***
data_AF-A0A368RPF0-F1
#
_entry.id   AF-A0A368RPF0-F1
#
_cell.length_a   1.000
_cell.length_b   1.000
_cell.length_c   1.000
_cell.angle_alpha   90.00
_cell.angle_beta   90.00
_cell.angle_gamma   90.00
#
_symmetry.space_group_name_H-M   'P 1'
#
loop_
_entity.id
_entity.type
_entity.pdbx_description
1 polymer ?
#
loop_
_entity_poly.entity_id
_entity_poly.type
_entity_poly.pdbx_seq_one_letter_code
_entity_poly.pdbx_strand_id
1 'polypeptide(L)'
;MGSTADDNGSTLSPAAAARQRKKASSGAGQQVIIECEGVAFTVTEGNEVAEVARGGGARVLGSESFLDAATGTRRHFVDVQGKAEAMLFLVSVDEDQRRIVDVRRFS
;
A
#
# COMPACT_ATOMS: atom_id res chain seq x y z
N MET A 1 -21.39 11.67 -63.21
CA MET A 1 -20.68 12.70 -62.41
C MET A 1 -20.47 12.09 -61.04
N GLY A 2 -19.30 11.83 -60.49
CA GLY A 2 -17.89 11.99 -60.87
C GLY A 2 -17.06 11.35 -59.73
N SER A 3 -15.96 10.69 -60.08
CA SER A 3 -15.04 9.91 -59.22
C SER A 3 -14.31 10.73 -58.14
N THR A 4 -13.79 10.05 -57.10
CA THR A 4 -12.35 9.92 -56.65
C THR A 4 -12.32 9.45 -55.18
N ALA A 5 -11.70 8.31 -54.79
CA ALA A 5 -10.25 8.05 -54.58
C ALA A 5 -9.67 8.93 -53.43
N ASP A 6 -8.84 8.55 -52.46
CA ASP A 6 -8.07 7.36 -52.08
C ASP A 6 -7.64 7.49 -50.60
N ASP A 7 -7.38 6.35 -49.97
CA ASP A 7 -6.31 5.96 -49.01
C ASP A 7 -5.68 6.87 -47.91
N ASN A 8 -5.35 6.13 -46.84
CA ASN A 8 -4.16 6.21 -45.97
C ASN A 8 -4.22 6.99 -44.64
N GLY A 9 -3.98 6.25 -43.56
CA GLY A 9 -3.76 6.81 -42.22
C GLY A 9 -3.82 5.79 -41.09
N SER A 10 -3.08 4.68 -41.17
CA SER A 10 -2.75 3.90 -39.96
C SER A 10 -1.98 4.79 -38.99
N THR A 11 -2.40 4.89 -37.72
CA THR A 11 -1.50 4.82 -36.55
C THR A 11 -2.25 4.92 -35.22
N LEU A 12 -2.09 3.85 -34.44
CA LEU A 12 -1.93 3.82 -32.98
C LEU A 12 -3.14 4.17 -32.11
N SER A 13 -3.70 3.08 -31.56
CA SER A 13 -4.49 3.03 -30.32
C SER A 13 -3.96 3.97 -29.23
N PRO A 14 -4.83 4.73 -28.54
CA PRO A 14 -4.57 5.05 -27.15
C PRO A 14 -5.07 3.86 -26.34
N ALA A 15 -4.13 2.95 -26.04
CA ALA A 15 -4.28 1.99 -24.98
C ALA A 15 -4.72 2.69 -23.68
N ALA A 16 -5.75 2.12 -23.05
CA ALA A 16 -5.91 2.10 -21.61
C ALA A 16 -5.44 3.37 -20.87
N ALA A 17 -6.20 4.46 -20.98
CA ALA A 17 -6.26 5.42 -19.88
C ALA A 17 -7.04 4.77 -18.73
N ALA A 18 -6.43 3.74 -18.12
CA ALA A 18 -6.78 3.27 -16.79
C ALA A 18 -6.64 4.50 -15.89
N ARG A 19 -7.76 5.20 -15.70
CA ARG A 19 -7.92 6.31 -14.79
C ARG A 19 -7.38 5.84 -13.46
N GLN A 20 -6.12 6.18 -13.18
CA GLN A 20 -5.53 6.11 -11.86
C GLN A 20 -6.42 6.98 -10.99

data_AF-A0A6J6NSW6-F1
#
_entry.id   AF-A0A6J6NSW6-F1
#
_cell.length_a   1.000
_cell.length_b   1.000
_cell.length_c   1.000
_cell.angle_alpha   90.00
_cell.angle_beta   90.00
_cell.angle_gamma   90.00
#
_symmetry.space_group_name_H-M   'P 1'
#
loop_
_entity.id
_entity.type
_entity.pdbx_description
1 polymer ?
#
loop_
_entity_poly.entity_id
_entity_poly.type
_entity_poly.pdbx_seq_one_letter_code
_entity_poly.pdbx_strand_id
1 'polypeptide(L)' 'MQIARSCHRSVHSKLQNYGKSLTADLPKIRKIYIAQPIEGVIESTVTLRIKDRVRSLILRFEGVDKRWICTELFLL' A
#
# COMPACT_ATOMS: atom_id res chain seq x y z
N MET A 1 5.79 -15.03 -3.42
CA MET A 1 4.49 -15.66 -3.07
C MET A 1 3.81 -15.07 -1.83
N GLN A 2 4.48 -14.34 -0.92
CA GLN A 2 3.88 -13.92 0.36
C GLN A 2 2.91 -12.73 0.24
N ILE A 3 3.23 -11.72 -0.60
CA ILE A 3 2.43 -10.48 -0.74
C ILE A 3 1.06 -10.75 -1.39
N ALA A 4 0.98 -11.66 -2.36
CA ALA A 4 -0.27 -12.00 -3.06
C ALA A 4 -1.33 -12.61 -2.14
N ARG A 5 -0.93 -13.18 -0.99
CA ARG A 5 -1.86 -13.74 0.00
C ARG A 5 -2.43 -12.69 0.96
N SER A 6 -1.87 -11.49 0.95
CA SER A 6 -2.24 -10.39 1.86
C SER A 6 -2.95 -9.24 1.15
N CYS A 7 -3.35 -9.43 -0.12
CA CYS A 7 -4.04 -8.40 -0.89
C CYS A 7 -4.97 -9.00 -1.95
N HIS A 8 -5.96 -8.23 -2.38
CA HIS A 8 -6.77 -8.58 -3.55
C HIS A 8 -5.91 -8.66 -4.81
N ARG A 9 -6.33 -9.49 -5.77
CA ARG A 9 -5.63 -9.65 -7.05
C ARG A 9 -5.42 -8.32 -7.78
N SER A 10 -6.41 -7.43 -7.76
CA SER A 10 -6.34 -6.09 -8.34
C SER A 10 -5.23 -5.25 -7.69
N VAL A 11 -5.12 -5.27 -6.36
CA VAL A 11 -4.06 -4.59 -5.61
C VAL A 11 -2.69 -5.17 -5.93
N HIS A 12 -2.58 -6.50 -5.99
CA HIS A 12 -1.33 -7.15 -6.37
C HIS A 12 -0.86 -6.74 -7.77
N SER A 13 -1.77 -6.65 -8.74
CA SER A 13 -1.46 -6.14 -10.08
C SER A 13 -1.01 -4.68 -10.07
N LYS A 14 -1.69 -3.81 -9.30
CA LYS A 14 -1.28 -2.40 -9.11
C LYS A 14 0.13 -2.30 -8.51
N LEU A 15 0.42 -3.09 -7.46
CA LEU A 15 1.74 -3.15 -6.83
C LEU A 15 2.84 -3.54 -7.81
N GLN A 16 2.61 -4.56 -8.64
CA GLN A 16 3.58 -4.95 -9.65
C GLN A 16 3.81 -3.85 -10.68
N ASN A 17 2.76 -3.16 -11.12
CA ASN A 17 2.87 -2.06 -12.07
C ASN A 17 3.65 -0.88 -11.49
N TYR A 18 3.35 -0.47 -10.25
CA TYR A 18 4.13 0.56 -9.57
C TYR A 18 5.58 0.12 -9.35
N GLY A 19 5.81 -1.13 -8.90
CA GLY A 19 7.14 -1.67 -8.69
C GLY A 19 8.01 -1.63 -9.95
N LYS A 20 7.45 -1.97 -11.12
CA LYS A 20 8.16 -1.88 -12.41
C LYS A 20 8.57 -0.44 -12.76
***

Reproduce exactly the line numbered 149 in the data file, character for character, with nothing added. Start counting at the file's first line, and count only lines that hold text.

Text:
CA VAL A 11 -4.06 -4.59 -5.61